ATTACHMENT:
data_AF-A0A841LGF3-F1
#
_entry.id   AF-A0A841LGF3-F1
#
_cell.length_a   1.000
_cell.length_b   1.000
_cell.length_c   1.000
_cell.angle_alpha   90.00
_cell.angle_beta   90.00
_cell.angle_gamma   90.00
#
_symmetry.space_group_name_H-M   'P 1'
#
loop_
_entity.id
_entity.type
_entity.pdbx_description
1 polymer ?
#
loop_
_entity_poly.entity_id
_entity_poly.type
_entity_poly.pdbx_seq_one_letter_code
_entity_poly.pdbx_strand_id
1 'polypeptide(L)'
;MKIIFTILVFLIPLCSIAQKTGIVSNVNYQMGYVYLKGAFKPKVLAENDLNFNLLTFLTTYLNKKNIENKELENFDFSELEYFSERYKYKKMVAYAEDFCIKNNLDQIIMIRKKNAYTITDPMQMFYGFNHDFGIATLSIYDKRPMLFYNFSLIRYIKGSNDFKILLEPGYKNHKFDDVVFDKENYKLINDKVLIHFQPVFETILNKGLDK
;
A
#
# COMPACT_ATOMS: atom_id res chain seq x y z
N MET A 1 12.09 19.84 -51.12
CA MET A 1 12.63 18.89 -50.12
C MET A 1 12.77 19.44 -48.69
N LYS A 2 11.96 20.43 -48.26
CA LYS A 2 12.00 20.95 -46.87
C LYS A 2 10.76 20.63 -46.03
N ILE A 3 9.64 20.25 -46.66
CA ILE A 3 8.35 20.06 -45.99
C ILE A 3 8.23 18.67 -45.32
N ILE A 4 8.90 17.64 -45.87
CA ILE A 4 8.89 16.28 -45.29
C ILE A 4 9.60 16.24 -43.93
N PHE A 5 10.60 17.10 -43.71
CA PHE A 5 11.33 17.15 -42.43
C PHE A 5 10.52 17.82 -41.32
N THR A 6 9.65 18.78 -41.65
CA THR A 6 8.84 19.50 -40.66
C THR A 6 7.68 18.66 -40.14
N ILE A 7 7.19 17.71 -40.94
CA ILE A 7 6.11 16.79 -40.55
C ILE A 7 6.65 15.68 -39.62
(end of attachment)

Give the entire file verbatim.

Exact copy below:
data_AF-A0A841LGF3-F1
#
_entry.id   AF-A0A841LGF3-F1
#
_cell.length_a   1.000
_cell.length_b   1.000
_cell.length_c   1.000
_cell.angle_alpha   90.00
_cell.angle_beta   90.00
_cell.angle_gamma   90.00
#
_symmetry.space_group_name_H-M   'P 1'
#
loop_
_entity.id
_entity.type
_entity.pdbx_description
1 polymer ?
#
loop_
_entity_poly.entity_id
_entity_poly.type
_entity_poly.pdbx_seq_one_letter_code
_entity_poly.pdbx_strand_id
1 'polypeptide(L)'
;MKIIFTILVFLIPLCSIAQKTGIVSNVNYQMGYVYLKGAFKPKVLAENDLNFNLLTFLTTYLNKKNIENKELENFDFSELEYFSERYKYKKMVAYAEDFCIKNNLDQIIMIRKKNAYTITDPMQMFYGFNHDFGIATLSIYDKRPMLFYNFSLIRYIKGSNDFKILLEPGYKNHKFDDVVFDKENYKLINDKVLIHFQPVFETILNKGLDK
;
A
#
# COMPACT_ATOMS: atom_id res chain seq x y z
N MET A 1 12.09 19.84 -51.12
CA MET A 1 12.63 18.89 -50.12
C MET A 1 12.77 19.44 -48.69
N LYS A 2 11.96 20.43 -48.26
CA LYS A 2 12.00 20.95 -46.87
C LYS A 2 10.76 20.63 -46.03
N ILE A 3 9.64 20.25 -46.66
CA ILE A 3 8.35 20.06 -45.99
C ILE A 3 8.23 18.67 -45.32
N ILE A 4 8.90 17.64 -45.87
CA ILE A 4 8.89 16.28 -45.29
C ILE A 4 9.60 16.24 -43.93
N PHE A 5 10.60 17.10 -43.71
CA PHE A 5 11.33 17.15 -42.43
C PHE A 5 10.52 17.82 -41.32
N THR A 6 9.65 18.78 -41.65
CA THR A 6 8.84 19.50 -40.66
C THR A 6 7.68 18.66 -40.14
N ILE A 7 7.19 17.71 -40.94
CA ILE A 7 6.11 16.79 -40.55
C ILE A 7 6.65 15.68 -39.62